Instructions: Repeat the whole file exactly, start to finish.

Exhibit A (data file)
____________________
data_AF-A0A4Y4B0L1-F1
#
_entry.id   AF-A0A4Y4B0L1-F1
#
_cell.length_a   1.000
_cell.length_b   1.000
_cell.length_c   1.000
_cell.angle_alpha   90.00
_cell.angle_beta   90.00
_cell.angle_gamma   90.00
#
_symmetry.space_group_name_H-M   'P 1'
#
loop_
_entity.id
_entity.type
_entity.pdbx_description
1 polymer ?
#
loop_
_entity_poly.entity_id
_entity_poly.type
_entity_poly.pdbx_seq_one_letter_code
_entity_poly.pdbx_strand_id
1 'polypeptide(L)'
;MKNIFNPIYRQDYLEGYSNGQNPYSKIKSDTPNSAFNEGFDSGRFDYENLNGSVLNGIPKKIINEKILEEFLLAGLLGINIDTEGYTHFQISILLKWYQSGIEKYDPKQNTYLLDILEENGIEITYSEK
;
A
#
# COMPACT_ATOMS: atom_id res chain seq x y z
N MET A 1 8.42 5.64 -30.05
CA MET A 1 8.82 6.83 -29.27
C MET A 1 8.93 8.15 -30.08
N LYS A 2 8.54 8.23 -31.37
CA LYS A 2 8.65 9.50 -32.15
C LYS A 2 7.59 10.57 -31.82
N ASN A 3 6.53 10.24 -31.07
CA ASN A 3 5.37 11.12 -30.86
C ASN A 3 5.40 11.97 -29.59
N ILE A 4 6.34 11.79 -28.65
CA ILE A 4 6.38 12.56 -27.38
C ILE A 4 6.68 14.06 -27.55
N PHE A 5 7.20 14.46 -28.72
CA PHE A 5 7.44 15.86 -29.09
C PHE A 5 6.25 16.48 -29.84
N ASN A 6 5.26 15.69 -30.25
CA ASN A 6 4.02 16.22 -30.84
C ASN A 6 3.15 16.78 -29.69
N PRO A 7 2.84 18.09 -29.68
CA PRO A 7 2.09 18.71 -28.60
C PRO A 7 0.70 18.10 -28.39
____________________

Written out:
data_AF-A0A4Y4B0L1-F1
#
_entry.id   AF-A0A4Y4B0L1-F1
#
_cell.length_a   1.000
_cell.length_b   1.000
_cell.length_c   1.000
_cell.angle_alpha   90.00
_cell.angle_beta   90.00
_cell.angle_gamma   90.00
#
_symmetry.space_group_name_H-M   'P 1'
#
loop_
_entity.id
_entity.type
_entity.pdbx_description
1 polymer ?
#
loop_
_entity_poly.entity_id
_entity_poly.type
_entity_poly.pdbx_seq_one_letter_code
_entity_poly.pdbx_strand_id
1 'polypeptide(L)'
;MKNIFNPIYRQDYLEGYSNGQNPYSKIKSDTPNSAFNEGFDSGRFDYENLNGSVLNGIPKKIINEKILEEFLLAGLLGINIDTEGYTHFQISILLKWYQSGIEKYDPKQNTYLLDILEENGIEITYSEK
;
A
#
# COMPACT_ATOMS: atom_id res chain seq x y z
N MET A 1 8.42 5.64 -30.05
CA MET A 1 8.82 6.83 -29.27
C MET A 1 8.93 8.15 -30.08
N LYS A 2 8.54 8.23 -31.37
CA LYS A 2 8.65 9.50 -32.15
C LYS A 2 7.59 10.57 -31.82
N ASN A 3 6.53 10.24 -31.07
CA ASN A 3 5.37 11.12 -30.86
C ASN A 3 5.40 11.97 -29.59
N ILE A 4 6.34 11.79 -28.65
CA ILE A 4 6.38 12.56 -27.38
C ILE A 4 6.68 14.06 -27.55
N PHE A 5 7.20 14.46 -28.72
CA PHE A 5 7.44 15.86 -29.09
C PHE A 5 6.25 16.48 -29.84
N ASN A 6 5.26 15.69 -30.25
CA ASN A 6 4.02 16.22 -30.84
C ASN A 6 3.15 16.78 -29.69
N PRO A 7 2.84 18.09 -29.68
CA PRO A 7 2.09 18.71 -28.60
C PRO A 7 0.70 18.10 -28.39